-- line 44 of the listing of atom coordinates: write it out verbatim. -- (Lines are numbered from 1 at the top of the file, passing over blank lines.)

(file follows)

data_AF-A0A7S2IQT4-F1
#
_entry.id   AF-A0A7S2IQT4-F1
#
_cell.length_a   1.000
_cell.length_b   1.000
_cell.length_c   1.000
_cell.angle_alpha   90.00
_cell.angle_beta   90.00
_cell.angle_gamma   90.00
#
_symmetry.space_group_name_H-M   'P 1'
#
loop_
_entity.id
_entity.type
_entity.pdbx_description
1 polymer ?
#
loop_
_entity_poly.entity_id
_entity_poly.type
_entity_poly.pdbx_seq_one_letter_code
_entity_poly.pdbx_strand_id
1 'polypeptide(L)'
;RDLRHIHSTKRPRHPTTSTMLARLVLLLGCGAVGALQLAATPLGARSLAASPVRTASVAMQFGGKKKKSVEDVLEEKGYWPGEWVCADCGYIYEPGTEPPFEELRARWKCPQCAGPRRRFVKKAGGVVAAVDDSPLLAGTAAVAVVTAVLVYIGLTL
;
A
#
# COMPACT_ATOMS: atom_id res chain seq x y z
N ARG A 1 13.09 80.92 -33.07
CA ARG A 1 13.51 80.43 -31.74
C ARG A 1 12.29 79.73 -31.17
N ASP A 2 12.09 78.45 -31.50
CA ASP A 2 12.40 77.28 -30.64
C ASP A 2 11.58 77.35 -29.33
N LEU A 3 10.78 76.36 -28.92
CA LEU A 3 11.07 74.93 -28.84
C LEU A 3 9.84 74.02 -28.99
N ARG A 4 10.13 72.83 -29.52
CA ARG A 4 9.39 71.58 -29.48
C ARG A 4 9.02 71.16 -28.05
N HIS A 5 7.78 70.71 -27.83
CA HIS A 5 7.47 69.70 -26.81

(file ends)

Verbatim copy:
CA HIS A 5 7.47 69.70 -26.81